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10 Steps to Tarte Tatin

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Find out more about the Apple Tarte Tatin and get Matt Moran's 10 tips to make one! 

Matt Moran's 10 Steps to an Apple Tarte Tatin

Get the full recipe here! 

Step 1. Peel 4 Granny Smith applies

Step 2. Cut them in half

Step 3. Take the core out with a teaspoon

Step 4. Put Apples in a jar filled with cider so they don't discolour

Step 5. Make the Caramel - Put 175g of sugar in a hot pan and dilute with some cider

The cider will start to evaporate and the sugar will start to caramelise. When it gets to a nice blonde colour - that's when we add the butter - to stop the cooking process. We don;t want it to get too dark because it becomes very bitter.

Step 6 - Cut a vanilla bean in half and add it to the caramel mixture. Don't let the caramel get too brown.

Step 7. Add 50 grams if butter until melted

Step 8. Add the apples. Make sure you dry them.

Step 9. Take a sheet of puff pastry and cut it to fit the pan. Place on top. 
Once it's on top, get it into a hot oven - about 220 degrees celsius. That will take about 20 minutes to puff up. then turn it down to about 160 degrees and let it dry out for about 10 - 15 minutes

Step 10. Take it out of the oven and turn upside down.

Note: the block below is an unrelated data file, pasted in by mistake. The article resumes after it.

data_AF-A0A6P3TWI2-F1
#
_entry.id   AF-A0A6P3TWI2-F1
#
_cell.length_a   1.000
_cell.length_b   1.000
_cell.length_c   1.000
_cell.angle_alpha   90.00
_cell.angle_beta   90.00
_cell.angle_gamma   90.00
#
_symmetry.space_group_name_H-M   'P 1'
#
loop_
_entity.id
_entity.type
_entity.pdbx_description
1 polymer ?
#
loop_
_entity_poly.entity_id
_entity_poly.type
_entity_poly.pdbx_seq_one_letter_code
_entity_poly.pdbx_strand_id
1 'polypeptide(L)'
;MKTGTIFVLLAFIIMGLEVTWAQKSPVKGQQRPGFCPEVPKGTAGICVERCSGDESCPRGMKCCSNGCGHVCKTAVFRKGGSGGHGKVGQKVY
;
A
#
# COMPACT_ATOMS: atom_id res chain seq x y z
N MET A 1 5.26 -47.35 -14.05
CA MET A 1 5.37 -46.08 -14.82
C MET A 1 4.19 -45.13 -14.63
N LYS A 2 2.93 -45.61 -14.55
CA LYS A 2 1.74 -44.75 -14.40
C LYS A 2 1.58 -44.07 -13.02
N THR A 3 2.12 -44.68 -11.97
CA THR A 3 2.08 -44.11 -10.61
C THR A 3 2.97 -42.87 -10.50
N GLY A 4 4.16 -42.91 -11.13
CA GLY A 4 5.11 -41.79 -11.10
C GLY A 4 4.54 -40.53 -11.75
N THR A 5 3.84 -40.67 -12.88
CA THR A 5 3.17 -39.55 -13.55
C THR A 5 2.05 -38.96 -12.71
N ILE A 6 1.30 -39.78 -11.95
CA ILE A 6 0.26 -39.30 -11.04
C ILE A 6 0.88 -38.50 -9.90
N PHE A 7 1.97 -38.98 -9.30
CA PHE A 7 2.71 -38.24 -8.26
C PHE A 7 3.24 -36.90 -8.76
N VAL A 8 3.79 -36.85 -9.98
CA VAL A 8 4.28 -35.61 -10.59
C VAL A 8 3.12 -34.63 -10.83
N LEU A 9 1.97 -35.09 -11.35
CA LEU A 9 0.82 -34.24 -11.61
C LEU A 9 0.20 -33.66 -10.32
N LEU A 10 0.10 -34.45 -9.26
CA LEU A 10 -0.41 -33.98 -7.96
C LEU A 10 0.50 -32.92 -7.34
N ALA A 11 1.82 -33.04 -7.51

The best way is to put a plate on top and carefully flip it over. VOILA!

Facts about the Tarte Tatin - 

* How did the Apple Tarte Tatin get it's peculiar name? Legend has it that the Tatin Sisters Stephanie and Caroline created this apple dish from a mistake that happened in the 1880’s.

• Apple Tare Tatin is actually an upside down tart in which the fruit is caramelised in sugar and butter before the baking process.

• Tarte Tatin may contain other fruit, and even savoury items, other than apple.

• Nowadays Tarte Tatin refers to the method of “upside down” rather than the contents.

• Tatrte Tatin can be made with pears, peaches, pineapple, tomato, onion and mince meat.

• It is believed that Stéphanie Tatin, who did most of the cooking in the Hotel Tatin,, was overworked one day. She started to make a traditional apple pie but left the apples cooking in butter and sugar for too long. Smelling the burning, she tried to rescue the dish by putting the pastry base on top of the pan of apples, quickly finishing the cooking by putting the whole pan in the oven. After turning out the upside down tart, she was surprised to find how much the hotel guests appreciated the dessert.

• As always the legend is challenged. The concept of the "upside down tarts" was not a new one. For instance, patissier M.A. Carême already mentions glazed gâteaux renversées adorned with apples from Rouen or other fruit in his "Patissier Royal Parisien" around 1814.



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